Located in the Technical Centre, SEATâ€™s new facilities carry out tests on all engine types using nine test benches and a climatic chamber capable of simulating extreme driving conditions, in temperatures ranging from -40 to +65 degrees.
As part of its constant commitment to innovation and electrification, SEAT has created the most advanced powertrain test centre in southern Europe. SEAT has invested more than 30 million euros in the project and the facilities are equipped with nine multi-energy test benches, which enable different types of tests to be carried out on internal combustion, electric, hybrid and CNG engines. The aim is to ensure they meet the Â quality, emissions, durability and performance requirements hroughout their entire life cycle.
The Powertrain Development Centre
The project to develop the Powertrain Development Centre, located within the Technical Centre, began five years ago. The centre has the capacity to carry out 14,300 engine tests per year, from an early stage of development to the tests required for their approval. 200 people work in the Centre in 3 daily shifts, 24 hours a day, 6 days a week, carrying out tests on engines for different brand of the Volkswagen Group.
The facilities include a climatic chamber capable of simulating extreme driving conditions at temperatures between -40 and +65 degrees, and up to an altitude of 5,000 metres. In addition, an automated tower with a capacity for 27 vehicles keeps them at a stable temperature of 23 degrees to ensure that they are in optimum condition for testing.
The test benches
â€œThis is one of the most advanced vehicle development facilities in Europe. The new facilities and the high technical competence of the teams enable new engines to be tested and calibrated to ensure optimal performance for SEAT and CUPRA, as well as the different brands of the Volkswagen Group, with a special focus on hybrid and electric engines,â€? explains Dr Werner Tietz, SEAT Vice-president for R&D.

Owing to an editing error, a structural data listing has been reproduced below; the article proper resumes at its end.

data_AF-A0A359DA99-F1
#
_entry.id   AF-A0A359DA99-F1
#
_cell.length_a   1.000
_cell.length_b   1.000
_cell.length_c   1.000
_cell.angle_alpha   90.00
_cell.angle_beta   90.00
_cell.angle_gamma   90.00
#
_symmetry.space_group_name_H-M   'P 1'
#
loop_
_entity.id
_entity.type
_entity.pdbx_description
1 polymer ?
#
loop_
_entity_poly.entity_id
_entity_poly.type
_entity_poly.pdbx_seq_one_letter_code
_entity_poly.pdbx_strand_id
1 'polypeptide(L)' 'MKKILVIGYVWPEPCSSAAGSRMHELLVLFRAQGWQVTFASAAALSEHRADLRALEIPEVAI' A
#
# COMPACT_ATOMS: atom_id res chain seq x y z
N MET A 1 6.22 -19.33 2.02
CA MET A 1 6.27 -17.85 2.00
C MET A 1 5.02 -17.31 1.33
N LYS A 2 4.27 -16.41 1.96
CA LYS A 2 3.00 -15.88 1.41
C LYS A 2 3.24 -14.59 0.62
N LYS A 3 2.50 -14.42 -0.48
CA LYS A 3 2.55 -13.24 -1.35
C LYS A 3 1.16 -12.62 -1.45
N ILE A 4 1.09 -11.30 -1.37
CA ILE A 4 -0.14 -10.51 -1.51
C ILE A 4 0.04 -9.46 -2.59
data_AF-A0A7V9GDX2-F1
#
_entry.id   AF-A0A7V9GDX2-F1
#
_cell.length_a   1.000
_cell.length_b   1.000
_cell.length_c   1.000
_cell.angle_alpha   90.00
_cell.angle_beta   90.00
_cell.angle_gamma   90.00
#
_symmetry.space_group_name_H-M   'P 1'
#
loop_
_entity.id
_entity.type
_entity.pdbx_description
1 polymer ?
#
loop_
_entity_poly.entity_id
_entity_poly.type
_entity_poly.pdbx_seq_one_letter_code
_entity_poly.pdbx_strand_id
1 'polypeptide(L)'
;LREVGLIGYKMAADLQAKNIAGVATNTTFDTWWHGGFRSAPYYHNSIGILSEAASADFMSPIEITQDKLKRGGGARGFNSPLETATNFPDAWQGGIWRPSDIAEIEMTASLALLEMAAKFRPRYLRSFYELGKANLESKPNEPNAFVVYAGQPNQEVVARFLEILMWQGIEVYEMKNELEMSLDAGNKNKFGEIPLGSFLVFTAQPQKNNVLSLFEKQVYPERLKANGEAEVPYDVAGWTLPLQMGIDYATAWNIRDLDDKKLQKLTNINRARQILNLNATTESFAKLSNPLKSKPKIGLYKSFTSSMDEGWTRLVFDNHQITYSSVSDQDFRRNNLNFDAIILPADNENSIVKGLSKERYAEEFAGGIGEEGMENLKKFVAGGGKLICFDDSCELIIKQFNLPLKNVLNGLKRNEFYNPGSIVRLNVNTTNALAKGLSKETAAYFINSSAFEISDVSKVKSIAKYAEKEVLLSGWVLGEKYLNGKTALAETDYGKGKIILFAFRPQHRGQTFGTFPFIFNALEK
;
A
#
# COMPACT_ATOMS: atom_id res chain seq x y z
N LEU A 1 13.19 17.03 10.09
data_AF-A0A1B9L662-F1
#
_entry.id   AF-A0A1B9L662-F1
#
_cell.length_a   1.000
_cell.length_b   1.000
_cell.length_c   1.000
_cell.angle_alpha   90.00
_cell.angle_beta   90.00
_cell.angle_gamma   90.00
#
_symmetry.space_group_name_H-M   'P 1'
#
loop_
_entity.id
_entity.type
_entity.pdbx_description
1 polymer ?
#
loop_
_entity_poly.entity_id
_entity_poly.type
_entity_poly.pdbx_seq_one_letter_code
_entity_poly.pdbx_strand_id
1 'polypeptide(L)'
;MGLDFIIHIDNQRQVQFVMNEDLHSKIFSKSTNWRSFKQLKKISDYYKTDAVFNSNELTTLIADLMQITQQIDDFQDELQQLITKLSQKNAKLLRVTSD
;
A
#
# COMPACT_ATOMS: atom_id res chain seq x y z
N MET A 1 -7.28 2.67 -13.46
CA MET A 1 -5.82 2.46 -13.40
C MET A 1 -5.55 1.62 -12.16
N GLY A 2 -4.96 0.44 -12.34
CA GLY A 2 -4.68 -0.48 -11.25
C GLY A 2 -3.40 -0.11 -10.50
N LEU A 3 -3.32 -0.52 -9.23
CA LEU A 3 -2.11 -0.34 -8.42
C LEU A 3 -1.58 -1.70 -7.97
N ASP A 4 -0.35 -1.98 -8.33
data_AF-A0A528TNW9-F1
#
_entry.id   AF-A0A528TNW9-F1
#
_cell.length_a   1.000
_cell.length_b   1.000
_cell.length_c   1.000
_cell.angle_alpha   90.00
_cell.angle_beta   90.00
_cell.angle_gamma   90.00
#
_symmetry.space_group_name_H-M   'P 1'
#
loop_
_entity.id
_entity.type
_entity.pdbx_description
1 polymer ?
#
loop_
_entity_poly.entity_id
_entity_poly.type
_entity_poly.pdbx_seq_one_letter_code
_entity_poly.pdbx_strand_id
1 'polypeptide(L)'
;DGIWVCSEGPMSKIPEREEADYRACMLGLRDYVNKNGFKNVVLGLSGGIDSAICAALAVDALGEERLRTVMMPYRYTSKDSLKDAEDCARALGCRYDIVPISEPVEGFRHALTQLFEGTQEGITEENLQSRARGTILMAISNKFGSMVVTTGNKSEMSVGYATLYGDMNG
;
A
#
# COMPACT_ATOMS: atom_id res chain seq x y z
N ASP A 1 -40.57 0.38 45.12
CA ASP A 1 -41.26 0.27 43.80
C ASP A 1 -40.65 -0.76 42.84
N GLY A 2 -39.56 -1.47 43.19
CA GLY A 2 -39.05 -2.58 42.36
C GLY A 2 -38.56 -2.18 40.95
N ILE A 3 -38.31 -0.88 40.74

The Powertrain Development Centre is equipped with nine test benches, on which the engines are tested and calibrated according to the type of vehicle they will be mounted on. During the development phase, aspects such as fuel injection, intake or power are adjusted, and extreme driving simulations are carried out to observe the response of the engines in extraordinary situations.
The Powertrain Development Centre has an emissions laboratory that performs more than 80 different types of tests on each vehicle, in accordance with the approval requirements for the various global regulations. It also features PEMS devices â€“ these are portable emissions measurement systems capable of monitoring vehicle running data, which are used to perform the RDE (real driving emissions) tests currently required for the homologation processes.
The centreâ€™s durability test bench, meanwhile, sees prototypes and vehicles running up to 200,000 km without any breaks, while engine performance is analysed at all times. A system has been installed that recovers the energy generated by the rollers and returns it in the form of electricity for later consumption.
The climatic chamber
One of the most unique facilities in the test centre is the climatic chamber, where extreme temperatures and atmospheric pressures are simulated, moving from the conditions of the Caucasus Mountains to those of Californiaâ€™s Death Valley in a matter of hours.
In this way, the chamber makes it possible to test the performance of the engines and simulate driving, assisted by robots, in extreme conditions to guarantee the performance of the cars.Â
The Test Center Energy
In Martorell, SEAT has also begun to build the future Test Center Energy (TCE), its new battery lab. The centre, which requires an investment of more than 7 million Euros, will develop and test various energy systems for hybrid and electric vehicles.
The construction of the TCE is included in the 5 billion Euro investment plan announced by SEAT and is scheduled for completion in April 2021. The 1,500 square metre facility will include different test areas for validating lithium-ion cell modules and different chargers used across the entire range of electrified vehicles.
Source:Â SEAT S.A.